Bellis perennis, now commonly known as English daisy, is the original plant to which the word daisy was first applied. The word daisy is itself a corruption of day's eye and referred to the flower heads of Bellis perennis, which opened during the day and closed at night. Other English common names include common daisy, European daisy, garden daisy, and lawn daisy.It is a small plant 2–3 inches high with leaves arranged in a basal rosette from which arise short, creeping rhizomes. As alluded to by one of its names, it is a common component of weedy lawns. The plant has a decided affinity for disturbed areas and, "On the sand-dunes and sandy pastures at Killeany (Inishmore) the daisy becomes dominant on rabbit-tracks, which are visible as white streaks at a distance of over a kilometre." Webb & Scannell 1983:107. Bellis perennis was originally native to Europe, Africa (Libya), and western Asia, but it is now widely introduced and naturalized nearly throughout all of the temperate regions of both the northern and southern hemispheres and is well-established in Canada and the northern and western United States.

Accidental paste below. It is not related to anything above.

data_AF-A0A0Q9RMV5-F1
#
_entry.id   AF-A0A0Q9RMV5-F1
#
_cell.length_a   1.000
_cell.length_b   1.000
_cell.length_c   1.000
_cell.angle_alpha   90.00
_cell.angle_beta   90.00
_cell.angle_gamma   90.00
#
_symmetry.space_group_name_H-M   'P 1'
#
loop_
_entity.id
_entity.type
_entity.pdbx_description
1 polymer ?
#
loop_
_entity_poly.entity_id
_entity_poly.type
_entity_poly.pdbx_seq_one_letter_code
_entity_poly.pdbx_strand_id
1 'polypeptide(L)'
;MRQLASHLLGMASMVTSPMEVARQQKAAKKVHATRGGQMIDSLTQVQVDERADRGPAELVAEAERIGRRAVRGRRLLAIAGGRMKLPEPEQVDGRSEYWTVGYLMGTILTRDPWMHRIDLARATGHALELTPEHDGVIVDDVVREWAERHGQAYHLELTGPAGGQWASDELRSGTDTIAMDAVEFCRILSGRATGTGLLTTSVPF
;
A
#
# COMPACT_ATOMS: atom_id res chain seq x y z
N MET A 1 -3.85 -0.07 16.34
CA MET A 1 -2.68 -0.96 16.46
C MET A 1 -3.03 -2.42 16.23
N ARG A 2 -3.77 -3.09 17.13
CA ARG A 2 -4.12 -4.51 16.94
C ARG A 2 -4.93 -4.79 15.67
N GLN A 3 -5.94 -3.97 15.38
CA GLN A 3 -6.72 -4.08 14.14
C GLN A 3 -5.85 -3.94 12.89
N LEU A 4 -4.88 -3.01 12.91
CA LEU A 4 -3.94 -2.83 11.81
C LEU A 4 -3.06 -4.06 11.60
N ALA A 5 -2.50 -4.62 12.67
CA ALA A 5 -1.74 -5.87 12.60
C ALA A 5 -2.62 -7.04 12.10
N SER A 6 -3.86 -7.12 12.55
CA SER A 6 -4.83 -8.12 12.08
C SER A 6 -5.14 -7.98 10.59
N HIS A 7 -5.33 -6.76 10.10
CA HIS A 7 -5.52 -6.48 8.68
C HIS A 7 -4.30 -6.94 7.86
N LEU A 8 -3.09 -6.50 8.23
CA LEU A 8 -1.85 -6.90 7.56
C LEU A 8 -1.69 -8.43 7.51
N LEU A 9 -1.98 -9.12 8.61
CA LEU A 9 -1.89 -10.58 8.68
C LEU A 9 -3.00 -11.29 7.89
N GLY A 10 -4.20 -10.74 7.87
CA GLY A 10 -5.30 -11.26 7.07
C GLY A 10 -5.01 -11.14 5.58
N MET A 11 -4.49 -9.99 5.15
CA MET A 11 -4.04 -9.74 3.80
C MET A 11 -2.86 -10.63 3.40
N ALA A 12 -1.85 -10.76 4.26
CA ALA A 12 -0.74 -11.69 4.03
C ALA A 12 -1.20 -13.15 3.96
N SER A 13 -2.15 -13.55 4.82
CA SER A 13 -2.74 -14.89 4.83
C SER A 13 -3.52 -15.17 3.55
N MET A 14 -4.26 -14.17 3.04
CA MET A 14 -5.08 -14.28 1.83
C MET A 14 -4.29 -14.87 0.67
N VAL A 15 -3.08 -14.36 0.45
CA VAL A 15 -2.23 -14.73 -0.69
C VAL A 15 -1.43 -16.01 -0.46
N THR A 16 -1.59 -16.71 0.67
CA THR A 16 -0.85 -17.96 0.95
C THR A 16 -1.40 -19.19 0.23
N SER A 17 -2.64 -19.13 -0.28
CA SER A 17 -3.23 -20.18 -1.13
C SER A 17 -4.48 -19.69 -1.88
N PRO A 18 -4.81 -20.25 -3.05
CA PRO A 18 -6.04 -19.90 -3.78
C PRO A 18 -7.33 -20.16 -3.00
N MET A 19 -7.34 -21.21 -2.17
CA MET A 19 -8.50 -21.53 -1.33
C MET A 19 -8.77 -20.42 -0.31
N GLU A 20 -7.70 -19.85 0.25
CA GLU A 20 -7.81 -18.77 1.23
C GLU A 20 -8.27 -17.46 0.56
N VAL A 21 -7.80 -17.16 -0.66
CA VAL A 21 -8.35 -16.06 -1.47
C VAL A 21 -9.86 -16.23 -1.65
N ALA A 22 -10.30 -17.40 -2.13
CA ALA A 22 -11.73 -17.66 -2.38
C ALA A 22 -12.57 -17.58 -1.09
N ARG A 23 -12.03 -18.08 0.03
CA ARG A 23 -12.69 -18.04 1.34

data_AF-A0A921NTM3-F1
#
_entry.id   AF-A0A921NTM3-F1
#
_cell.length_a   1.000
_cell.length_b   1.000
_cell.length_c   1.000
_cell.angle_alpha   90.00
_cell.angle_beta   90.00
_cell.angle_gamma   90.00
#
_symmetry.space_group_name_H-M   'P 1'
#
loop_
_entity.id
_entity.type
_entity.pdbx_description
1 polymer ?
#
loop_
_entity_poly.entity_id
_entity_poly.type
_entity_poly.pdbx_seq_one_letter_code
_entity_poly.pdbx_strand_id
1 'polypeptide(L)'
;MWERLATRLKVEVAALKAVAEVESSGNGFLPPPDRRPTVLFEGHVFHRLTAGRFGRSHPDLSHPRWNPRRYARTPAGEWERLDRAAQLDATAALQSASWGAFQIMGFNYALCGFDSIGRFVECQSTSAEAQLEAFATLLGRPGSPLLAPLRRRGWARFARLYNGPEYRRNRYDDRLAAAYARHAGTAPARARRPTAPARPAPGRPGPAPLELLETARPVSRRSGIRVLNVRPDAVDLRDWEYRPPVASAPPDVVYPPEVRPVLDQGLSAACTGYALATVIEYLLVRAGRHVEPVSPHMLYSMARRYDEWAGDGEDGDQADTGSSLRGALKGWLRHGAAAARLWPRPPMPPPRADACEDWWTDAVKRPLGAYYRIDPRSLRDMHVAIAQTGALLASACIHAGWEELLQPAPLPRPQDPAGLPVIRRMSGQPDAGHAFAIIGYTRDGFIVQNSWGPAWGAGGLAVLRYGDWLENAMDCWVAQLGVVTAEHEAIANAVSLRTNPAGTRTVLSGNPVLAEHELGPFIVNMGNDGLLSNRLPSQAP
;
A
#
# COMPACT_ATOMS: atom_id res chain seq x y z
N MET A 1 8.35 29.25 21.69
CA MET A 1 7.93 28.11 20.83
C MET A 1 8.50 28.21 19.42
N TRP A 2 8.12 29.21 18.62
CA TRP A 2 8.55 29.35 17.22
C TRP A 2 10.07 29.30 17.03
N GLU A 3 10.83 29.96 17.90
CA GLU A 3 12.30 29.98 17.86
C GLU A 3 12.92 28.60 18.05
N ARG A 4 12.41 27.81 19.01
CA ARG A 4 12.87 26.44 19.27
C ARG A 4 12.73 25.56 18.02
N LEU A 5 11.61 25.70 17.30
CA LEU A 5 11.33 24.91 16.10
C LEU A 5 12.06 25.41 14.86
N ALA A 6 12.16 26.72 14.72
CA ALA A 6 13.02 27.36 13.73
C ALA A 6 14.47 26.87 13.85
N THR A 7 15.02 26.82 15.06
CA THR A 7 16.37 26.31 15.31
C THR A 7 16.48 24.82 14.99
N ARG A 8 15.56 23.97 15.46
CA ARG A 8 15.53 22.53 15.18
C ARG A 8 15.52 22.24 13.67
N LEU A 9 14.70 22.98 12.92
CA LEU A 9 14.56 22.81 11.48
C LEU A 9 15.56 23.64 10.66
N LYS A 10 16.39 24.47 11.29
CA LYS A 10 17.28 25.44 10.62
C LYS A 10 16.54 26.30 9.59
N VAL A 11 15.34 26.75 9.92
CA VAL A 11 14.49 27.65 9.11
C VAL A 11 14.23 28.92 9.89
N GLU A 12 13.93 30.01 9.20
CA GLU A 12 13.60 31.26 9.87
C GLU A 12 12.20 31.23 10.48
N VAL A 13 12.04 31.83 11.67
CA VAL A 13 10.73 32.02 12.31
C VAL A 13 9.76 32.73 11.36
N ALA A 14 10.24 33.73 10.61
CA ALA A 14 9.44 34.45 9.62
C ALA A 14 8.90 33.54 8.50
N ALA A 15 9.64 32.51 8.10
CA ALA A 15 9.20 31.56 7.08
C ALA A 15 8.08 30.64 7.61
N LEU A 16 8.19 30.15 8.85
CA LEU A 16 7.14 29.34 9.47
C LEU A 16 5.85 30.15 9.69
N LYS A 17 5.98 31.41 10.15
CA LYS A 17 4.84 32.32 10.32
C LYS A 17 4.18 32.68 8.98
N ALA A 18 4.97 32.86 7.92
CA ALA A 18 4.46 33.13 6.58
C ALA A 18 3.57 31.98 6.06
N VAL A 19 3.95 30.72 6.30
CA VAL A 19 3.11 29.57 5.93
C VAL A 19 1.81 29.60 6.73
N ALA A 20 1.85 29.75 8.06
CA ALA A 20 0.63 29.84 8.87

Webb, D.A. and M.J.P. Scannell. 1983. Flora of Connemara and the Burren. Cambridge University Press.
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